Faults found over treatment of foster parents

Good guidance practice issued care providers
Michael King, Local Government and Social Care Ombudsman

The ombudsman has criticised a council’s social work practice following the removal of two children from a foster couple who wanted to adopt them.

An investigation of East Riding of Yorkshire Council found an unreasonable delay in starting adoption assessments of the couple, poor record keeping, poor decision making when deciding to remove the children from the couple’s care and poor complaints handling. It also failed to be transparent with the couple about concerns it had about them.

The couple fostered the children after their birth parents were unable to look after them.

The children needed therapy and support, but after two years, the couple decided they wanted to adopt them.

However, the council was concerned about the couple’s ability to look after the children given the amount of care they were requesting and removed them from the foster carers without telling them.

‘Councils must base key decisions about the welfare of children in their care, on sound, balanced evidence and go through the proper process, which takes into account legal requirements and statutory guidance,’ said Michael King, Local Government and Social Care Ombudsman. ‘In this case, vulnerable siblings who had had a chaotic background, were removed from their first taste of a stable family life with a couple who had been clear about wanting to give them a permanent home.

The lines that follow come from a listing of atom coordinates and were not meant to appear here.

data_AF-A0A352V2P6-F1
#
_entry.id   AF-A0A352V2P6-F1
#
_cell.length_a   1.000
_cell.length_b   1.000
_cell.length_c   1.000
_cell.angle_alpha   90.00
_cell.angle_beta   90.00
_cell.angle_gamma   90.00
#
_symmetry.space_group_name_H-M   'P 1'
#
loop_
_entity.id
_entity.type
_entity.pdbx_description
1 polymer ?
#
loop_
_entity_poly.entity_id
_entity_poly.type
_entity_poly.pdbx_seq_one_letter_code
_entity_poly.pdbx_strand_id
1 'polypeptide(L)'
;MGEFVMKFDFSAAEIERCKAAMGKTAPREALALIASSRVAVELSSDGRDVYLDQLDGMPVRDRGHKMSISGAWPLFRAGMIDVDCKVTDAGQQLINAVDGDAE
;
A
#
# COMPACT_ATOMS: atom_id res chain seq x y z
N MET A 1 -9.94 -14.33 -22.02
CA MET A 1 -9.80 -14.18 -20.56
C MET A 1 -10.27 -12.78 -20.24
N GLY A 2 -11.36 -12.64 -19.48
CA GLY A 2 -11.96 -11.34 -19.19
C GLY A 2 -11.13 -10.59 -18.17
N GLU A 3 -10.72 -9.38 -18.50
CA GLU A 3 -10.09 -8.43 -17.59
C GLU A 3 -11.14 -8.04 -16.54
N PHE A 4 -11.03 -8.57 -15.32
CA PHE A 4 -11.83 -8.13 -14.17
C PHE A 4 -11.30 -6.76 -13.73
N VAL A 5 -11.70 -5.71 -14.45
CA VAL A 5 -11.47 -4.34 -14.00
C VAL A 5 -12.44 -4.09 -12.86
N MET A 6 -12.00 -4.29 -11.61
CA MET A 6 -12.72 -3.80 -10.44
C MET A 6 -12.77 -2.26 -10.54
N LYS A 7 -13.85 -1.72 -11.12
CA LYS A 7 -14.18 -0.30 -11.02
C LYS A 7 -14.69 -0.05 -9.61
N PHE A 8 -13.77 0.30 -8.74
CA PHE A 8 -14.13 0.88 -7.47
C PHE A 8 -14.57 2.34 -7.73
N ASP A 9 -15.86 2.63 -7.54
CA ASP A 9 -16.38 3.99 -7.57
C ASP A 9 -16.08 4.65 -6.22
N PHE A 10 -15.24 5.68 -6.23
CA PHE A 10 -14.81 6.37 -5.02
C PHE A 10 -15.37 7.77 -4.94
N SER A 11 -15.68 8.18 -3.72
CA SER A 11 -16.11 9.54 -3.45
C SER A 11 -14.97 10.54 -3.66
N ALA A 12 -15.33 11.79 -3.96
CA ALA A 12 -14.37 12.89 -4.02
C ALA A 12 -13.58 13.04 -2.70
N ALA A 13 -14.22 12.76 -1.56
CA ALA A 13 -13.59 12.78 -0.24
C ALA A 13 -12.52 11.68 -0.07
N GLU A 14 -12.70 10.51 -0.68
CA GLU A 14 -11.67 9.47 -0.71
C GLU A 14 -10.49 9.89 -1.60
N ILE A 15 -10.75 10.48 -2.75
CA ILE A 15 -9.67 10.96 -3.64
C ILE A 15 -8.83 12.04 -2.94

‘And, while reports suggest the children are now content in their current placement,’ he continued, ‘we cannot say what effect the sudden removal will have in the long-term.’

The council has apologised to the couple but maintained it made the correct decision.

A spokesperson said: ‘The safeguarding of children in its care is a paramount consideration for the council. In this case, as in every other, the children’s best interests remained its key priority throughout.

‘The council maintains that the decisions made in this case, over four years ago, were right for these children. However, we fully accept that the decisions were delivered and communicated poorly. The council has learned important lessons arising from this and has made changes to its practice as a result.’